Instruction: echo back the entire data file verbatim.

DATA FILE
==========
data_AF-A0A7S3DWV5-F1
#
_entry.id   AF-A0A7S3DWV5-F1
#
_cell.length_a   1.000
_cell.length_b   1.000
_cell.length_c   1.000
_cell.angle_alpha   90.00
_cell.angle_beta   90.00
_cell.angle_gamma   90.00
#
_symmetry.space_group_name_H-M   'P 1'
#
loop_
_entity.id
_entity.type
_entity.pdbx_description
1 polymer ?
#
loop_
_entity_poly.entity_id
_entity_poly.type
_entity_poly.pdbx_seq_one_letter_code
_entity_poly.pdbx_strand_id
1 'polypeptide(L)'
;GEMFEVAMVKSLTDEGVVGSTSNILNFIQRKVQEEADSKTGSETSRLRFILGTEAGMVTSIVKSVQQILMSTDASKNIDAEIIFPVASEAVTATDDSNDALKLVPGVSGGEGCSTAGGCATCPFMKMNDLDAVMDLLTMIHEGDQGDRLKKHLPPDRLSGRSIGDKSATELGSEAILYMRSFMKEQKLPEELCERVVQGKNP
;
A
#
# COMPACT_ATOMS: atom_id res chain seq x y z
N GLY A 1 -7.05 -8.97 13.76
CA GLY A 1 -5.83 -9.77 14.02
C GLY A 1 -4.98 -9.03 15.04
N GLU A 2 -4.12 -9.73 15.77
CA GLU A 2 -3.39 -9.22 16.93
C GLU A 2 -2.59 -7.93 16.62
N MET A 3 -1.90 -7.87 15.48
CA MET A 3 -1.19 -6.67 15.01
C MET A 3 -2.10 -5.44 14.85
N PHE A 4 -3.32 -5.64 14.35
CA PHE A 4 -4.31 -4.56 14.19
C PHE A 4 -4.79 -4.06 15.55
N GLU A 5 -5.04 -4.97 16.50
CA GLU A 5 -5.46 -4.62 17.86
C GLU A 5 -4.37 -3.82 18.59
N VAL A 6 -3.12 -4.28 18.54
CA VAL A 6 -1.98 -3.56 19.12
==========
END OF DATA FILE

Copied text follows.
data_AF-A0A7S3DWV5-F1
#
_entry.id   AF-A0A7S3DWV5-F1
#
_cell.length_a   1.000
_cell.length_b   1.000
_cell.length_c   1.000
_cell.angle_alpha   90.00
_cell.angle_beta   90.00
_cell.angle_gamma   90.00
#
_symmetry.space_group_name_H-M   'P 1'
#
loop_
_entity.id
_entity.type
_entity.pdbx_description
1 polymer ?
#
loop_
_entity_poly.entity_id
_entity_poly.type
_entity_poly.pdbx_seq_one_letter_code
_entity_poly.pdbx_strand_id
1 'polypeptide(L)'
;GEMFEVAMVKSLTDEGVVGSTSNILNFIQRKVQEEADSKTGSETSRLRFILGTEAGMVTSIVKSVQQILMSTDASKNIDAEIIFPVASEAVTATDDSNDALKLVPGVSGGEGCSTAGGCATCPFMKMNDLDAVMDLLTMIHEGDQGDRLKKHLPPDRLSGRSIGDKSATELGSEAILYMRSFMKEQKLPEELCERVVQGKNP
;
A
#
# COMPACT_ATOMS: atom_id res chain seq x y z
N GLY A 1 -7.05 -8.97 13.76
CA GLY A 1 -5.83 -9.77 14.02
C GLY A 1 -4.98 -9.03 15.04
N GLU A 2 -4.12 -9.73 15.77
CA GLU A 2 -3.39 -9.22 16.93
C GLU A 2 -2.59 -7.93 16.62
N MET A 3 -1.90 -7.87 15.48
CA MET A 3 -1.19 -6.67 15.01
C MET A 3 -2.10 -5.44 14.85
N PHE A 4 -3.32 -5.64 14.35
CA PHE A 4 -4.31 -4.56 14.19
C PHE A 4 -4.79 -4.06 15.55
N GLU A 5 -5.04 -4.97 16.50
CA GLU A 5 -5.46 -4.62 17.86
C GLU A 5 -4.37 -3.82 18.59
N VAL A 6 -3.12 -4.28 18.54
CA VAL A 6 -1.98 -3.56 19.12